Why Georgia Tech

We know that you have a number of choices when it comes to selecting a place to work. That's why we've asked some of our faculty members why they decided to join the Georgia Tech community. Read on to find out what they said. 

Dana Randall, ADVANCE Professor, Computing

"After completing a Ph.D. in Computer Science at the University of California, Berkeley, I spent two years in Princeton, N.J., in the School of Mathematics at the Institute for Advance Study and the Computer Science Department at Princeton University. I searched for academic jobs in both mathematics and computer science, so when Georgia Tech offered a joint position in both schools, each extremely highly rated in my research areas of theoretical computer science and discrete mathematics, it was an easy decision to accept. The main draws for me were the excellence and strengths of my colleagues in both departments, and a clear upward trajectory showing that Tech was quickly headed to the top 10 in theoretical computer science. I also was drawn by the openness to interdisciplinary research." Read More


M.G. Finn, Professor and Chair, Chemistry and Biochemistry

"Two years ago, I was recruited from The Scripps Research Institute to help Georgia Tech’s continuing development in the molecular biosciences. This followed initial contact some years before during a different search. At that time, I wasn't interested in moving, but got to know the institution and my department. But it wasn’t a difficult decision the second time around. I love engineers — or, more generally, the engineering mindset, which I characterize as the drive to get useful things done. In my world, that means making useful molecules and molecular processes. But a commitment to the important and the practical underpins much activity here. I really like that. It comes down to being at a place in which I find many, many interesting and engaging colleagues doing fabulous work. Who wouldn’t want to be here?" Read More


Sara Dommer, Assistant Professor, Business

"Georgia Tech was one of many schools I initially applied to in my last year of my Ph.D. program. After the first round of interviews, it was one of my favorite schools. And after my campus visit, it was at the top of my list. When I received the offer, I was thrilled. First, Georgia Tech’s outstanding national and international reputation was really attractive to me. Second, during my interviews and from my research on the school, I really got the sense that the business school is on an upward trajectory. I found it very appealing to be a part of that growth and development. Finally, the location of the school couldn’t be better. Being able to work for a top university and live in a thriving and exciting city allows you to be happy both professionally and personally." Read More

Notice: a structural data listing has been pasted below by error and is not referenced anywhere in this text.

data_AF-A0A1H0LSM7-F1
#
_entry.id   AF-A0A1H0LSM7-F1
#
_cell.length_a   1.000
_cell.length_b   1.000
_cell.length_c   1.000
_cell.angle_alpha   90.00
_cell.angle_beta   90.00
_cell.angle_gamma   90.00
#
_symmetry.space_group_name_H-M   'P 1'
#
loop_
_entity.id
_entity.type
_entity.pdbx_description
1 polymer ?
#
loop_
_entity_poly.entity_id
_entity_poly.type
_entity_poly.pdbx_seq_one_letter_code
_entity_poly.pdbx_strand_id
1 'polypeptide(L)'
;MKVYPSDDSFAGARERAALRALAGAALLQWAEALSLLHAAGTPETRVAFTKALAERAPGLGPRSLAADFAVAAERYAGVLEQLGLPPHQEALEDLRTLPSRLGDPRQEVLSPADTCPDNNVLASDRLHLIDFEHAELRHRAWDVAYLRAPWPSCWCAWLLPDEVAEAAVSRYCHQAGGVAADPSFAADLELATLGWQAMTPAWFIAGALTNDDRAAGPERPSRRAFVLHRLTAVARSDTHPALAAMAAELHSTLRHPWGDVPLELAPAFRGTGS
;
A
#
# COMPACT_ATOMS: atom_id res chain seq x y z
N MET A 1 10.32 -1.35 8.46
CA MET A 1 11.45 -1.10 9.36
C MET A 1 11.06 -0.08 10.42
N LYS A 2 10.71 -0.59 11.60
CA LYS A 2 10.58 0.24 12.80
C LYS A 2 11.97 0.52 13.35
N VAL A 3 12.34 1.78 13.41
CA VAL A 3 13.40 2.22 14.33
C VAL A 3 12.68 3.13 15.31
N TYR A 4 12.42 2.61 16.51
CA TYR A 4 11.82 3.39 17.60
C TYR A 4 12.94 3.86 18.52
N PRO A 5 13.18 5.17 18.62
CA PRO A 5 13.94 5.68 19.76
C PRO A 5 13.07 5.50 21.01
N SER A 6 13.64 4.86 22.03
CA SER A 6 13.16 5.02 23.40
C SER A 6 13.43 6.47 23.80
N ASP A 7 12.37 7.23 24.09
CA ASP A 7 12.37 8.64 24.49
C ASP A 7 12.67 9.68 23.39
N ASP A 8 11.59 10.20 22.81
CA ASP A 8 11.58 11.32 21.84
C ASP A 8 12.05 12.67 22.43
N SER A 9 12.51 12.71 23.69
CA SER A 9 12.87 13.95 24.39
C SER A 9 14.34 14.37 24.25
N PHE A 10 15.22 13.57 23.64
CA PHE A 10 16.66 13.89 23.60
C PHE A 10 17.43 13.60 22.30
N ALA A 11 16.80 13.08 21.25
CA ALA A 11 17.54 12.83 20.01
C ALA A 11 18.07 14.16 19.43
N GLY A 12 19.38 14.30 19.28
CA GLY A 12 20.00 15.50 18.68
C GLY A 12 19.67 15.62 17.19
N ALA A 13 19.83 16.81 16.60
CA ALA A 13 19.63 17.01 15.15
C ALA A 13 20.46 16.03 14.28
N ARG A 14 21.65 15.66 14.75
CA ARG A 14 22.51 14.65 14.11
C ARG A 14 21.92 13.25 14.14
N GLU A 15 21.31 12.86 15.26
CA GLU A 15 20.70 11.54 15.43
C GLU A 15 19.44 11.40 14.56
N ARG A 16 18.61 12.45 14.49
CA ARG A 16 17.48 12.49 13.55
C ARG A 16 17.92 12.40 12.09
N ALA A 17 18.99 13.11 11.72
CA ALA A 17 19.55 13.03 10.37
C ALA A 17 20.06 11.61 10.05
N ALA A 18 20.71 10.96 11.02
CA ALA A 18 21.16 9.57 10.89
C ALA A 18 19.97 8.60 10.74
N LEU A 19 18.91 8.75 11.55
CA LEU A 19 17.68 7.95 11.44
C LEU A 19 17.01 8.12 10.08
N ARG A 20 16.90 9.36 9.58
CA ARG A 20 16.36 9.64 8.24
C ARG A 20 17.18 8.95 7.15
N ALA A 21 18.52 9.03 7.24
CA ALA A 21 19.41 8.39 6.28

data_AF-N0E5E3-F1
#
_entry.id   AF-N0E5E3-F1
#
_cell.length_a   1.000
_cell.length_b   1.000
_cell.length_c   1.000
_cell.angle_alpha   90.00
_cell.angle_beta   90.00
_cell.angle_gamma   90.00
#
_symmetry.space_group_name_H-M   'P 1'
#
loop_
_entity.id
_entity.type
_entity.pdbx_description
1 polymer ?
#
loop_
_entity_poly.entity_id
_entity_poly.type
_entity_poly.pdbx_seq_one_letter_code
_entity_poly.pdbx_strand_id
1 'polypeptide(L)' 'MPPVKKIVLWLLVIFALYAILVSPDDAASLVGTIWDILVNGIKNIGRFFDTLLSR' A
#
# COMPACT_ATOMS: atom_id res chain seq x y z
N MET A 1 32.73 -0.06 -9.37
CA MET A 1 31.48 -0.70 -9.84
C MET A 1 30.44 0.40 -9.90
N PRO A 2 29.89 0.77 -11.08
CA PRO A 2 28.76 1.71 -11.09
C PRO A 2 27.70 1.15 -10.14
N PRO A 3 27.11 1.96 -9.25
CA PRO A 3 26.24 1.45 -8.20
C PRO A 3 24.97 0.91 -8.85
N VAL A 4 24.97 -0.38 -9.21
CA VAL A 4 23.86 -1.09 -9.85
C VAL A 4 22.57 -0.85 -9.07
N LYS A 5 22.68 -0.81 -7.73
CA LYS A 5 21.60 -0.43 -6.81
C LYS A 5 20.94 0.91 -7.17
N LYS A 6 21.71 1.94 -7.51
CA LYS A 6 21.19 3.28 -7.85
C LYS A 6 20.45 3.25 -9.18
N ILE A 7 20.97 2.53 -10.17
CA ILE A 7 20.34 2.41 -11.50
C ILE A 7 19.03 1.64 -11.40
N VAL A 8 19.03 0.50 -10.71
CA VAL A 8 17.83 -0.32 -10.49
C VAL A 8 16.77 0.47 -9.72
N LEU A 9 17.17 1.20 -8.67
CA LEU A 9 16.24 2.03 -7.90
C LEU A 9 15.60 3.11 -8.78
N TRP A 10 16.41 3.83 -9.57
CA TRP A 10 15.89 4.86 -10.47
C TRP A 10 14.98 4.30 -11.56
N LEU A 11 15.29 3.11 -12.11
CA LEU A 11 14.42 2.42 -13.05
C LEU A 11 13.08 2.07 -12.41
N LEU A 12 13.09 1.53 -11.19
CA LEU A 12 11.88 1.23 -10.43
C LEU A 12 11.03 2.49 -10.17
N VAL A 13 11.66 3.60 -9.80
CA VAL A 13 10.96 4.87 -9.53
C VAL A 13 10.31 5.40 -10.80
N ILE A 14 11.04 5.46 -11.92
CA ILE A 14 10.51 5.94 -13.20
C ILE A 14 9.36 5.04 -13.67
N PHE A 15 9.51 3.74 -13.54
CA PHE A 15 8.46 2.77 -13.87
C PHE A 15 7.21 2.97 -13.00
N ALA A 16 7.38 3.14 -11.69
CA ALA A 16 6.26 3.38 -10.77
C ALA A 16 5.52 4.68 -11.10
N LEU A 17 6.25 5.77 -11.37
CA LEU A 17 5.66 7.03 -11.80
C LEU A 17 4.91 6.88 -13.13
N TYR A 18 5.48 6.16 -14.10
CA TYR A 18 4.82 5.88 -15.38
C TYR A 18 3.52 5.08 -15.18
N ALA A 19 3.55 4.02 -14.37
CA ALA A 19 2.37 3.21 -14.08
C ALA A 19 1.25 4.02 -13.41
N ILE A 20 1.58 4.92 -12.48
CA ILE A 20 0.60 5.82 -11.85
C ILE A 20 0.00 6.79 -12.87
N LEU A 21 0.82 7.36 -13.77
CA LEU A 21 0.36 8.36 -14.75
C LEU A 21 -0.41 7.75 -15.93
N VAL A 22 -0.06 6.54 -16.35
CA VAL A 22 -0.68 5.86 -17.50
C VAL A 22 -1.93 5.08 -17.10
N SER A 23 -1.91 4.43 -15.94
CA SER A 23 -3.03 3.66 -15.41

Jason Freeman, Associate Professor, Music

"I came to Georgia Tech straight from graduate school — in fact I defended my dissertation one afternoon, and the movers arrived the next morning. At the time, music technology was a new field here, and the university was just starting a new degree program. I saw an exciting opportunity to impact education and research in the field, both at the university and beyond, and Georgia Tech seemed ideally situated to become an international leader in this area. I’ve been here for 10 years, and I’m proud to say it now has." Read More 

 

 


Iris Tien, Assistant Professor, Civil and Environmental Engineering

"I received my Ph.D. in Civil Systems Engineering from the University of California, Berkeley, in May 2014. I thought long and hard about where I wanted to go next. I even had a spreadsheet that listed different factors — potential collaborations, funding sources, quality of students, location, etc. — along with ratings and weights for each. In the end, though, it came down to a feeling I had about Georgia Tech being the right place. I joined the faculty in the School of Civil and Environmental Engineering in July 2014." Read More

 
 
 

Richard Barke, Associate Professor, Public Policy

"I published a book called Science, Technology, and Public Policy, and a few months later Georgia Tech advertised for a faculty member specializing in 'science, technology, and public policy!' Being here offered far more flexibility for doing interdisciplinary research than many other universities. It is a place where people in nonengineering fields cannot be complacent, because there are always new questions to be pursued. Also, I grew up in Atlanta and was happier about raising our daughter here than in many other places. So, I’ve been here since 1987." Read More